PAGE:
By: Matthew Lowe
The role that arbitration has played in corporate affairs has transformed over the years. As industries have expanded, so too has the function of arbitration. While some may argue that such expansion has had a positive and healthy affect on the adjudicative processes of private disputes, others disagree. Currently, arbitration clauses found in purchase agreements continue to be expansive, despite recent mainstream dissent. The labor and employment field, on the other hand, is undergoing changes in deferral standards following a recent decision by the National Labor Relations Board (“NLRB”).
Arbitration is a form of alternative dispute resolution that rests outside of the direct purview of the courts. Structurally, arbitration depends on the decision-making authority of an independent third-party (single or panel), which is chosen through the agreement of two contracting parties. As a practice, arbitration gained serious momentum in 1925, through the enactment … Read the rest
As a way to efficiently resolve cases without drawing on judicial resources, courts are starting to provide litigants with the opportunity to engage in alternative dispute resolution.1 ADR programs vary from court to court but Maine provides an example of how a mandatory ADR program can work.2 Maine has a presumptive ADR program for its civil cases but there are some exemptions or opportunities for waiver.3 Rule 16b requires at least one ADR conference which is where the parties engage in mediation, non-binding arbitration or early neutral evaluation facilitated by a neutral agreed upon by the parties.4 While in the past, an ADR conference may have meant begrudgingly sitting across from an opponent that had no interest in coming to an agreement, technology proposes the online dispute resolution (“ODR”) option.5 Both face to face and online ADR have their advantages and disadvantages, however, ODR offers … Read the rest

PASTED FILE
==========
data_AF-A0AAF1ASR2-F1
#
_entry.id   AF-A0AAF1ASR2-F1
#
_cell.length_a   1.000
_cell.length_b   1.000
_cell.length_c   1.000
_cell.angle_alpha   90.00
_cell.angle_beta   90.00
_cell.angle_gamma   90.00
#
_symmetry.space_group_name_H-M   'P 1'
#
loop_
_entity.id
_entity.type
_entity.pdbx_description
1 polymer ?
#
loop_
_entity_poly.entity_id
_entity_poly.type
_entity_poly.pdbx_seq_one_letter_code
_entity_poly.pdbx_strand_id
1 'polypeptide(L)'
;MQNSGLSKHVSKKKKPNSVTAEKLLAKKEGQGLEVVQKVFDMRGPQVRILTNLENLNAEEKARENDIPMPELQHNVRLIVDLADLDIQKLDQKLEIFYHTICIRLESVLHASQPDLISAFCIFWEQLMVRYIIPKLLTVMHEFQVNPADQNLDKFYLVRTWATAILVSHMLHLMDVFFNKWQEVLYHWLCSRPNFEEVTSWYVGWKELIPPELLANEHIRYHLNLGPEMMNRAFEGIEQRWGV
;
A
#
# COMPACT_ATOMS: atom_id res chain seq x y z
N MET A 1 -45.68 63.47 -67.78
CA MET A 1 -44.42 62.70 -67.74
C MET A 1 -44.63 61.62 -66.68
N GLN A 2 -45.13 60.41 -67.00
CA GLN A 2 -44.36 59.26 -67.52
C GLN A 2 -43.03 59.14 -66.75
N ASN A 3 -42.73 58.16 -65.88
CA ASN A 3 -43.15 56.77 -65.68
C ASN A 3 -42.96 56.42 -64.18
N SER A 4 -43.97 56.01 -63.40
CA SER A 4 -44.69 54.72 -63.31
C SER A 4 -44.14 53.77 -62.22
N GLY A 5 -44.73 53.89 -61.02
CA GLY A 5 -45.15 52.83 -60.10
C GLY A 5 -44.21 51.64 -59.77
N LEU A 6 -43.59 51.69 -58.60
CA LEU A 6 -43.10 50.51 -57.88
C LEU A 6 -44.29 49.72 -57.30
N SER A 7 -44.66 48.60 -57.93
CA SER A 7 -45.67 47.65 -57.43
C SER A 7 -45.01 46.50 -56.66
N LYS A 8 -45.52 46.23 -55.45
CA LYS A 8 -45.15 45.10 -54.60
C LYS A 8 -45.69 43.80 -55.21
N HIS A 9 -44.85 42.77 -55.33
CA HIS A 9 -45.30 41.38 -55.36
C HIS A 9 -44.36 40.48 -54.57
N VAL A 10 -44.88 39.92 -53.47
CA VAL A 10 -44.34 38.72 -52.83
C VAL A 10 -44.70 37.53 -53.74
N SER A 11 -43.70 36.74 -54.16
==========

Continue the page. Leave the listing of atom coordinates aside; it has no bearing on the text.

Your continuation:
On October 13, 2010, the Seventh Circuit handed down their ruling in Lumbermans Mutual Casualty Company v. Broadspire Management Service, Inc, LLC. In Lumbermans, the parties had a contract for Broadspire to purchase an Insurance Administration business from Lumbermans. The purchase agreement set out specific procedures for Lumbermans to submit a “disagreement notice” to the regularly submitted price reports created by Broadspire stemming from the transaction. The contract required that these disagreement notices have “reasonable detail” and an alternative determination of the payment required. Lumbermans submitted four disagreement notices. Broadspire refused to arbitrate the claim under the section of the contract which controlled the choice of dispute resolution for disputes arising from the disagreement notices. It was their contention that the disagreement notices did not comply with the contract and therefore should fall under the general arbitration clause which had different procedures. The court found that the dispute … Read the rest